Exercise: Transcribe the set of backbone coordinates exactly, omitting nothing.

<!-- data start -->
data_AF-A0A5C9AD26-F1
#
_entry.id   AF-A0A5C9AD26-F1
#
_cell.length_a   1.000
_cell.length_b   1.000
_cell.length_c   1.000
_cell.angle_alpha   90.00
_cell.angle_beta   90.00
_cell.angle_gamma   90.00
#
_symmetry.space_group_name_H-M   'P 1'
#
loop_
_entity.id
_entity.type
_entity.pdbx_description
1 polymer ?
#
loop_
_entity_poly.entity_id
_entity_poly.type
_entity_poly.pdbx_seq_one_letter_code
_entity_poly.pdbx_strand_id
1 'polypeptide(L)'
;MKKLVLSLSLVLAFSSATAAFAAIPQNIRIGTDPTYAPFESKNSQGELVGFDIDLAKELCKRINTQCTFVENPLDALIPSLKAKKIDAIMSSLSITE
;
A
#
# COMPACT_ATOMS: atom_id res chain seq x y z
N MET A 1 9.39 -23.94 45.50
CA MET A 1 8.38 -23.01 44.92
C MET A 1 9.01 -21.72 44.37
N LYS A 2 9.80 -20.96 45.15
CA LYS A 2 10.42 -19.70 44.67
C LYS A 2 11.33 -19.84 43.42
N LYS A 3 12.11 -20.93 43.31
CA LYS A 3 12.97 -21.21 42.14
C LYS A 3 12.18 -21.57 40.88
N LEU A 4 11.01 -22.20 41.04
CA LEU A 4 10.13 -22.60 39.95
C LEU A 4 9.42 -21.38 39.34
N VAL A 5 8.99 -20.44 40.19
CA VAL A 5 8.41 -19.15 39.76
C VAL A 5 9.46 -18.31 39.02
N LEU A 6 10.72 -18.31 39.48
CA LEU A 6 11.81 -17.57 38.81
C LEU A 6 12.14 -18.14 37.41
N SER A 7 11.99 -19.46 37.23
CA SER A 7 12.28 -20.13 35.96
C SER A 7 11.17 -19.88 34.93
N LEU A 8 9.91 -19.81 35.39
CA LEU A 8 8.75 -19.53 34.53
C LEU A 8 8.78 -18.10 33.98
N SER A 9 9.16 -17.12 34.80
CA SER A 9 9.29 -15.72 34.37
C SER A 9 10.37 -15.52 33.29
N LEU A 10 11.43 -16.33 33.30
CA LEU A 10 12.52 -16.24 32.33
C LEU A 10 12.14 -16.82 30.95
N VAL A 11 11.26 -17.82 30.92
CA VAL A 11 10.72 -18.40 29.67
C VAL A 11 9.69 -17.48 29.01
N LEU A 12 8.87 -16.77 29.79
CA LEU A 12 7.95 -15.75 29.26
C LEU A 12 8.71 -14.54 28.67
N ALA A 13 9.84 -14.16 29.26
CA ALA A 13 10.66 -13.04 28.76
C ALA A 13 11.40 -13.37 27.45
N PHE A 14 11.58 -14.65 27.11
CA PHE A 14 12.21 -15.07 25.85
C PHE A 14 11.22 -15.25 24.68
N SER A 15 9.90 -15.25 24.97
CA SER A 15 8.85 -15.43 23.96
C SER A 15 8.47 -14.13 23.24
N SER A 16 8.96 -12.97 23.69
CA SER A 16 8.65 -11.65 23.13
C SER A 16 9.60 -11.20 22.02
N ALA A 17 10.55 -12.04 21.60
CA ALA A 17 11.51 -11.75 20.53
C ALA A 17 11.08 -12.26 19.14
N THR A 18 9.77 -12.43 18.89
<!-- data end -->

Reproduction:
data_AF-A0A5C9AD26-F1
#
_entry.id   AF-A0A5C9AD26-F1
#
_cell.length_a   1.000
_cell.length_b   1.000
_cell.length_c   1.000
_cell.angle_alpha   90.00
_cell.angle_beta   90.00
_cell.angle_gamma   90.00
#
_symmetry.space_group_name_H-M   'P 1'
#
loop_
_entity.id
_entity.type
_entity.pdbx_description
1 polymer ?
#
loop_
_entity_poly.entity_id
_entity_poly.type
_entity_poly.pdbx_seq_one_letter_code
_entity_poly.pdbx_strand_id
1 'polypeptide(L)'
;MKKLVLSLSLVLAFSSATAAFAAIPQNIRIGTDPTYAPFESKNSQGELVGFDIDLAKELCKRINTQCTFVENPLDALIPSLKAKKIDAIMSSLSITE
;
A
#
# COMPACT_ATOMS: atom_id res chain seq x y z
N MET A 1 9.39 -23.94 45.50
CA MET A 1 8.38 -23.01 44.92
C MET A 1 9.01 -21.72 44.37
N LYS A 2 9.80 -20.96 45.15
CA LYS A 2 10.42 -19.70 44.67
C LYS A 2 11.33 -19.84 43.42
N LYS A 3 12.11 -20.93 43.31
CA LYS A 3 12.97 -21.21 42.14
C LYS A 3 12.18 -21.57 40.88
N LEU A 4 11.01 -22.20 41.04
CA LEU A 4 10.13 -22.60 39.95
C LEU A 4 9.42 -21.38 39.34
N VAL A 5 8.99 -20.44 40.19
CA VAL A 5 8.41 -19.15 39.76
C VAL A 5 9.46 -18.31 39.02
N LEU A 6 10.72 -18.31 39.48
CA LEU A 6 11.81 -17.57 38.81
C LEU A 6 12.14 -18.14 37.41
N SER A 7 11.99 -19.46 37.23
CA SER A 7 12.28 -20.13 35.96
C SER A 7 11.17 -19.88 34.93
N LEU A 8 9.91 -19.81 35.39
CA LEU A 8 8.75 -19.53 34.53
C LEU A 8 8.78 -18.10 33.98
N SER A 9 9.16 -17.12 34.80
CA SER A 9 9.29 -15.72 34.37
C SER A 9 10.37 -15.52 33.29
N LEU A 10 11.43 -16.33 33.30
CA LEU A 10 12.52 -16.24 32.33
C LEU A 10 12.14 -16.82 30.95
N VAL A 11 11.26 -17.82 30.92
CA VAL A 11 10.72 -18.40 29.67
C VAL A 11 9.69 -17.48 29.01
N LEU A 12 8.87 -16.77 29.79
CA LEU A 12 7.95 -15.75 29.26
C LEU A 12 8.71 -14.54 28.67
N ALA A 13 9.84 -14.16 29.26
CA ALA A 13 10.66 -13.04 28.76
C ALA A 13 11.40 -13.37 27.45
N PHE A 14 11.58 -14.65 27.11
CA PHE A 14 12.21 -15.07 25.85
C PHE A 14 11.22 -15.25 24.68
N SER A 15 9.90 -15.25 24.97
CA SER A 15 8.85 -15.43 23.96
C SER A 15 8.47 -14.13 23.24
N SER A 16 8.96 -12.97 23.69
CA SER A 16 8.65 -11.65 23.13
C SER A 16 9.60 -11.20 22.02
N ALA A 17 10.55 -12.04 21.60
CA ALA A 17 11.51 -11.75 20.53
C ALA A 17 11.08 -12.26 19.14
N THR A 18 9.77 -12.43 18.89